Posts by DM Magazine

‘Sacrificial’ Seafood

Each year on Ash Wednesday, across New Orleans and the rest of south Louisiana, Catholics (which culturally means everybody, no matter where they go to church, or don’t) start replacing the meat in their diets with seafood. Happily, across New Orleans and the rest of South Louisiana, all the seafood is Catholic too. We’re just…

Read More

Soup for the Season

It’s been several decades now since an impromptu gathering of wandering young Americans decided to shop at the outdoor market in the town they were visiting in Turkey and fix dinner. And since not a single member of the group knew the first thing about cooking, we knew enough to make soup. Obviously, there are…

Read More

Finding Our Own Neverland

There is the magic, and then there’s the magic trick. On the long road from playwright J.M. Barrie’s real life to numerous books and a play, from that play to big-budget movie, and from that movie to the Broadway stage, the musical called Finding Neverland has taken on plenty of both. That’s not to say…

Read More

Uniquely British

George Bernard Shaw once quipped that America and England were two countries separated by a common language. At the time, he was talking about vocabulary, grammar, attitude and, of course, accent. But as we learned recently, his much-quoted wisdom applies to food as well. That’s one of the main takeaways from the happy news that…

Read More

Ailey Dance Company’s 60th

If there is such a thing as “blood memory,” as the late choreographer and company founder Alvin Ailey seemed to think, then it would be an impressionistic thing in the extreme. It wouldn’t tell stories with developed characters. It wouldn’t complete thoughts with explicit meanings or messages. It would suggest and evoke, tease and evade.…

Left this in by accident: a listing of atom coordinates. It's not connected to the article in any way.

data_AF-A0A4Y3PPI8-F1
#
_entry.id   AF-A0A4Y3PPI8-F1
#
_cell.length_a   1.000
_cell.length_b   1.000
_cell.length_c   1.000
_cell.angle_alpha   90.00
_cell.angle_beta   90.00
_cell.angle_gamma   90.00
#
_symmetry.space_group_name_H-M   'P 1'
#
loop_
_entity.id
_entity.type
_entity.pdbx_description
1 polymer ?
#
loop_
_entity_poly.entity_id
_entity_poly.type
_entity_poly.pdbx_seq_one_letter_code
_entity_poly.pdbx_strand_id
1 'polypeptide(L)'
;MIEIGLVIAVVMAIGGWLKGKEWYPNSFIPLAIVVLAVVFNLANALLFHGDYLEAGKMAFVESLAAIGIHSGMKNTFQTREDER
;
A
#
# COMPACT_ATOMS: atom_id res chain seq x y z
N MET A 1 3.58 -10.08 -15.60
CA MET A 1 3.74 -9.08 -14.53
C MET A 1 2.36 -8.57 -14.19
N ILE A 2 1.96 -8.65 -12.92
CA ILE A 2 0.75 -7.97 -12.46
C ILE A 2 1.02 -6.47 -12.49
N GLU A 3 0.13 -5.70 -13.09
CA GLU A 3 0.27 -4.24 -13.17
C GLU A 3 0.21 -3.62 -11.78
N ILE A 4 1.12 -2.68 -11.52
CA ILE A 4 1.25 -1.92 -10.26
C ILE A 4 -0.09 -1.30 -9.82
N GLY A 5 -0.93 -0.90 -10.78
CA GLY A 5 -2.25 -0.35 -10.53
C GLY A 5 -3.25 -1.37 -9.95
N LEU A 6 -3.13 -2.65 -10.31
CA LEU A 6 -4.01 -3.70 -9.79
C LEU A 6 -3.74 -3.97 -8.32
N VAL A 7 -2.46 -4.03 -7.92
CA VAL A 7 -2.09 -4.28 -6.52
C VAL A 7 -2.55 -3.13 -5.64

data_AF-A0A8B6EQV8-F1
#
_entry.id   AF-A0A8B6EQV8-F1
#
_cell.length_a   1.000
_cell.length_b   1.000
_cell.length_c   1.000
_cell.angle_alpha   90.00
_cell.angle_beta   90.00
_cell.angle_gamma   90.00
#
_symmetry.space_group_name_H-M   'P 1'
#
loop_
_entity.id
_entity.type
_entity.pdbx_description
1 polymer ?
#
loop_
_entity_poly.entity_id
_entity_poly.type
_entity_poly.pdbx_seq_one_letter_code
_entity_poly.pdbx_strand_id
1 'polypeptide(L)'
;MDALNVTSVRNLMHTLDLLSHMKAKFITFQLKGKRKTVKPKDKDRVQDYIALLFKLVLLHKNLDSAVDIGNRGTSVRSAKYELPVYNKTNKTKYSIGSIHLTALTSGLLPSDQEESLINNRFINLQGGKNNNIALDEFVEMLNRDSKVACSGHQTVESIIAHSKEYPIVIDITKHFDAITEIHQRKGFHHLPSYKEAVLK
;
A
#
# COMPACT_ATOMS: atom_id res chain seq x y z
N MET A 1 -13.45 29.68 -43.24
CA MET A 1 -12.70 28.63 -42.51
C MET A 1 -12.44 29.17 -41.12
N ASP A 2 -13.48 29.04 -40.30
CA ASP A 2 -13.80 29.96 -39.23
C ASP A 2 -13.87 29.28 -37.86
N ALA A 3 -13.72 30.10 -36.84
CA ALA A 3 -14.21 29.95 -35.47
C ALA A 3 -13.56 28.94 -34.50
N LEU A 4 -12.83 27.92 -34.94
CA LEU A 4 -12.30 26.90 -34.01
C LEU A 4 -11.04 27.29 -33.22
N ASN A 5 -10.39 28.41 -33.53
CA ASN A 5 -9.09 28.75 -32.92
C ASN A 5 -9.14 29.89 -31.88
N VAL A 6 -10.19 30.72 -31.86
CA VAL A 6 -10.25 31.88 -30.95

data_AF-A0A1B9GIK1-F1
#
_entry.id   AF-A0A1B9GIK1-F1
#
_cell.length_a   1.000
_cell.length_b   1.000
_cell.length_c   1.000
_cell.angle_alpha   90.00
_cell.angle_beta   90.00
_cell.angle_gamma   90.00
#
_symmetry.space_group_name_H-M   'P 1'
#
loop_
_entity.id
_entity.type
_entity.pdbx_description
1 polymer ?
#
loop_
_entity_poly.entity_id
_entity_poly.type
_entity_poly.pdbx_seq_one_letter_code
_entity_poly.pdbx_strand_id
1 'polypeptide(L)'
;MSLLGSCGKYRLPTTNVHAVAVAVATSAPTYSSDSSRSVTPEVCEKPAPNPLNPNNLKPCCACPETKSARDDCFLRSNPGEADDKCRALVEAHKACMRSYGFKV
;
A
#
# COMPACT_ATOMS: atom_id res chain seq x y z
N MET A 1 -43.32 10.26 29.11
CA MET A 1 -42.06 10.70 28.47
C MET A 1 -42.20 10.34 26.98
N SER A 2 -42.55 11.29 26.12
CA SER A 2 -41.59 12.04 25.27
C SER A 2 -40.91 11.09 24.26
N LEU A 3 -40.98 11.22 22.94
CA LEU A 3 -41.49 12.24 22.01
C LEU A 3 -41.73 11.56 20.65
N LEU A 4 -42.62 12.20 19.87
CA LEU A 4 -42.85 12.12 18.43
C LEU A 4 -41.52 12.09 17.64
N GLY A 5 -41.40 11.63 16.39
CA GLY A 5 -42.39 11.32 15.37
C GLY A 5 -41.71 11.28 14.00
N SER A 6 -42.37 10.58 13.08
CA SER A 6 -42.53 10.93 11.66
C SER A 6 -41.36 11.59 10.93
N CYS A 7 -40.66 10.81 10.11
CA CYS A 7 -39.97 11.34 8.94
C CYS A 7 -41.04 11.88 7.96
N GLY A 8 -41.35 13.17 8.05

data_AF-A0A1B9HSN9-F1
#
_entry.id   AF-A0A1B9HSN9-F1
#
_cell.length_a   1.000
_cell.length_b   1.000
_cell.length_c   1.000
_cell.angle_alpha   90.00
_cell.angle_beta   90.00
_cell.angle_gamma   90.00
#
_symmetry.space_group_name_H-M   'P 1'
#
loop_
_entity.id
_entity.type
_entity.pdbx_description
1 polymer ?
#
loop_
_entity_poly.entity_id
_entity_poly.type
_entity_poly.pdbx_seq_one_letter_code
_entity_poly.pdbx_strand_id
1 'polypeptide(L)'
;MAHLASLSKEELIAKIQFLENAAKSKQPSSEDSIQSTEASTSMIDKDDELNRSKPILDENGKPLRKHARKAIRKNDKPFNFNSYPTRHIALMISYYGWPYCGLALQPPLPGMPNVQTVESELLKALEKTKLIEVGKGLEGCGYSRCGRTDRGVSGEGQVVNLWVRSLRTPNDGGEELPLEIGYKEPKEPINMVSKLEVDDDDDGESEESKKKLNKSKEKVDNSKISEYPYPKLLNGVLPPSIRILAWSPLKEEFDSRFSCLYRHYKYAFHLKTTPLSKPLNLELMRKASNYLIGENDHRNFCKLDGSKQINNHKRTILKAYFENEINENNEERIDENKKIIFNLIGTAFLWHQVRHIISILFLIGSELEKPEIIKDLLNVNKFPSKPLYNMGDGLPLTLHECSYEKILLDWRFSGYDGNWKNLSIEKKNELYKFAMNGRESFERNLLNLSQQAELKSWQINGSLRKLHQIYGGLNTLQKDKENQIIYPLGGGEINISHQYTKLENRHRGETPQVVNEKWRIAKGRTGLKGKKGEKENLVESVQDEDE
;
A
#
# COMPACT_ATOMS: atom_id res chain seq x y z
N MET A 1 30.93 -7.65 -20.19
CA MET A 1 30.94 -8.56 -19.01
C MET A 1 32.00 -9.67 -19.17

Read More

The Delights of ABT’s ‘Harlequinade’

One of the final works of tsarist Russia’s golden boy Marius Petipa, Harlequinade is dance without a dark side – no lovers dying bestride a tomb, no curses from centuries past, no personalities split into white for good and black for evil. Indeed, it’s intriguing to ponder how many things that were feared within a…

Read More

Trending Flavors from Africa

A couple weeks back, strolling through the mammoth Winter Fancy Food Show in San Francisco, we realized we could see Africa from there. Well, not exactly see it, though the continent is even larger than our own. But we could definitely taste it. After the show, that seemed the main thing most “survivors” (any Fancy…

Read More

Spanokopita! Spanokopita!

Spanokopita, the savory pie one authority praised as the ultimate Greek “soul food,” might be the first word I ever tried to understand when arriving in Greece coming up on half a century ago. Surely I heard a few other words, enough to climb off the overnight ferry from Italy, find a late dinner of…

Read More

Reborn Bread Bowls

Only a few months back, a national bread-centric chain called Panera introduced a “hot new trend” – yet another version of soup served in a bowl of hollowed-out bread. It was a “hot new trend” because Panera, along with many food journalists, told us it was. Which is great – since soup served in a…

Read More

A Tale of Two Kingcakes

Inspired by two years and two Epiphanies of tasting galettes des rois, first all over Paris and then at one very special patisserie in Montreal, we decided this year in northern Virginia to make our own. Two galettes came together side by side, sharing the same puff pastry and the same almond filling. The results…

Read More